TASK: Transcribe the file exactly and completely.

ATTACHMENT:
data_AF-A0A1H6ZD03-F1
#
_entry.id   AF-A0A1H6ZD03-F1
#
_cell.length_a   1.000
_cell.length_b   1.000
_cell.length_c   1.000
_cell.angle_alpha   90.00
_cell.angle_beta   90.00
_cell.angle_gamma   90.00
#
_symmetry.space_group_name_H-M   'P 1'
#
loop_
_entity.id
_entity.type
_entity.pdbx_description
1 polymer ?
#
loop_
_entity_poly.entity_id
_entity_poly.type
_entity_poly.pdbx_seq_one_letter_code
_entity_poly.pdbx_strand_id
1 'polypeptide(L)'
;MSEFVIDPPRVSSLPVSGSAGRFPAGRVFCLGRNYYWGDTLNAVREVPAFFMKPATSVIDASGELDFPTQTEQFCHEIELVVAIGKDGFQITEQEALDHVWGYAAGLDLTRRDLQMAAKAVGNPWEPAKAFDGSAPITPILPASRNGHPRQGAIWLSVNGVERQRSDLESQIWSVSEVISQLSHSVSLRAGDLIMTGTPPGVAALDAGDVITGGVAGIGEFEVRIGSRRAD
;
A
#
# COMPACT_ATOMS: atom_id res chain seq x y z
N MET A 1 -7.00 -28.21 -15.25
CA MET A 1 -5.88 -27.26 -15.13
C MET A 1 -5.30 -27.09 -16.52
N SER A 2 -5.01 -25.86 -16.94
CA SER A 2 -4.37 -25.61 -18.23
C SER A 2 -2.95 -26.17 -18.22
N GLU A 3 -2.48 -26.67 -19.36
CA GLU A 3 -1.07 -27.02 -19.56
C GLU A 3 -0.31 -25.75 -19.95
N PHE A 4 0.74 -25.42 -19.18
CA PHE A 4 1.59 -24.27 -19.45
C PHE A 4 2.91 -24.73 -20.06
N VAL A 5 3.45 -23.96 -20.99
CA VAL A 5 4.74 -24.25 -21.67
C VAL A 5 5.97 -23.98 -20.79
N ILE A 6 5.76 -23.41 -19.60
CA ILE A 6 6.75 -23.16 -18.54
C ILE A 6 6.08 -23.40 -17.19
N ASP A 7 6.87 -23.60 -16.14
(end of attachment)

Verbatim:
data_AF-A0A1H6ZD03-F1
#
_entry.id   AF-A0A1H6ZD03-F1
#
_cell.length_a   1.000
_cell.length_b   1.000
_cell.length_c   1.000
_cell.angle_alpha   90.00
_cell.angle_beta   90.00
_cell.angle_gamma   90.00
#
_symmetry.space_group_name_H-M   'P 1'
#
loop_
_entity.id
_entity.type
_entity.pdbx_description
1 polymer ?
#
loop_
_entity_poly.entity_id
_entity_poly.type
_entity_poly.pdbx_seq_one_letter_code
_entity_poly.pdbx_strand_id
1 'polypeptide(L)'
;MSEFVIDPPRVSSLPVSGSAGRFPAGRVFCLGRNYYWGDTLNAVREVPAFFMKPATSVIDASGELDFPTQTEQFCHEIELVVAIGKDGFQITEQEALDHVWGYAAGLDLTRRDLQMAAKAVGNPWEPAKAFDGSAPITPILPASRNGHPRQGAIWLSVNGVERQRSDLESQIWSVSEVISQLSHSVSLRAGDLIMTGTPPGVAALDAGDVITGGVAGIGEFEVRIGSRRAD
;
A
#
# COMPACT_ATOMS: atom_id res chain seq x y z
N MET A 1 -7.00 -28.21 -15.25
CA MET A 1 -5.88 -27.26 -15.13
C MET A 1 -5.30 -27.09 -16.52
N SER A 2 -5.01 -25.86 -16.94
CA SER A 2 -4.37 -25.61 -18.23
C SER A 2 -2.95 -26.17 -18.22
N GLU A 3 -2.48 -26.67 -19.36
CA GLU A 3 -1.07 -27.02 -19.56
C GLU A 3 -0.31 -25.75 -19.95
N PHE A 4 0.74 -25.42 -19.18
CA PHE A 4 1.59 -24.27 -19.45
C PHE A 4 2.91 -24.73 -20.06
N VAL A 5 3.45 -23.96 -20.99
CA VAL A 5 4.74 -24.25 -21.67
C VAL A 5 5.97 -23.98 -20.79
N ILE A 6 5.76 -23.41 -19.60
CA ILE A 6 6.75 -23.16 -18.54
C ILE A 6 6.08 -23.40 -17.19
N ASP A 7 6.87 -23.60 -16.14